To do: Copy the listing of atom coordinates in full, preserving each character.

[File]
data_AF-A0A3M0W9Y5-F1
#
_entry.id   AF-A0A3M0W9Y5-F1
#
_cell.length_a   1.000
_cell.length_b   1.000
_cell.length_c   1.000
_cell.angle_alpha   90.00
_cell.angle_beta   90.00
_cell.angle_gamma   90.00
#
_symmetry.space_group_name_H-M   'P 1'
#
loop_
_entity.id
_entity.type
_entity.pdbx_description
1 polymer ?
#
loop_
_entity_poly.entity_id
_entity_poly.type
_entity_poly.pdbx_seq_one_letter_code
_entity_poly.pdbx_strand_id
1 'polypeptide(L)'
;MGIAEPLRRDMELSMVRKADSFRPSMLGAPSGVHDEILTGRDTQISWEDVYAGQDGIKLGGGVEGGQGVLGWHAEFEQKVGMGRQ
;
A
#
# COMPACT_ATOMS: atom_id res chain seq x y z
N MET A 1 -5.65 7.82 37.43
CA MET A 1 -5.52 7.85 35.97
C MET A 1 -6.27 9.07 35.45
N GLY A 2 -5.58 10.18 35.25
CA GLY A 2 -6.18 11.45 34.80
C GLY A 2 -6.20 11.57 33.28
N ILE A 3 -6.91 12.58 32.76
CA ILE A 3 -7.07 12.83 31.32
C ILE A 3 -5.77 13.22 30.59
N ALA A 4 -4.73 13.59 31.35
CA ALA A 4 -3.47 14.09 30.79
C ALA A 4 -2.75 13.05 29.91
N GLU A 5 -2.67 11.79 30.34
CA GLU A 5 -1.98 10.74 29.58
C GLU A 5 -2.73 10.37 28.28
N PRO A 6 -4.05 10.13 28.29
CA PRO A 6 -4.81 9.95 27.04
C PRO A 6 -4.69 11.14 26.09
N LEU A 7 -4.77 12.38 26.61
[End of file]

data_AF-A0A3M0W9Y5-F1
#
_entry.id   AF-A0A3M0W9Y5-F1
#
_cell.length_a   1.000
_cell.length_b   1.000
_cell.length_c   1.000
_cell.angle_alpha   90.00
_cell.angle_beta   90.00
_cell.angle_gamma   90.00
#
_symmetry.space_group_name_H-M   'P 1'
#
loop_
_entity.id
_entity.type
_entity.pdbx_description
1 polymer ?
#
loop_
_entity_poly.entity_id
_entity_poly.type
_entity_poly.pdbx_seq_one_letter_code
_entity_poly.pdbx_strand_id
1 'polypeptide(L)'
;MGIAEPLRRDMELSMVRKADSFRPSMLGAPSGVHDEILTGRDTQISWEDVYAGQDGIKLGGGVEGGQGVLGWHAEFEQKVGMGRQ
;
A
#
# COMPACT_ATOMS: atom_id res chain seq x y z
N MET A 1 -5.65 7.82 37.43
CA MET A 1 -5.52 7.85 35.97
C MET A 1 -6.27 9.07 35.45
N GLY A 2 -5.58 10.18 35.25
CA GLY A 2 -6.18 11.45 34.80
C GLY A 2 -6.20 11.57 33.28
N ILE A 3 -6.91 12.58 32.76
CA ILE A 3 -7.07 12.83 31.32
C ILE A 3 -5.77 13.22 30.59
N ALA A 4 -4.73 13.59 31.35
CA ALA A 4 -3.47 14.09 30.79
C ALA A 4 -2.75 13.05 29.91
N GLU A 5 -2.67 11.79 30.34
CA GLU A 5 -1.98 10.74 29.58
C GLU A 5 -2.73 10.37 28.28
N PRO A 6 -4.05 10.13 28.29
CA PRO A 6 -4.81 9.95 27.04
C PRO A 6 -4.69 11.14 26.09
N LEU A 7 -4.77 12.38 26.61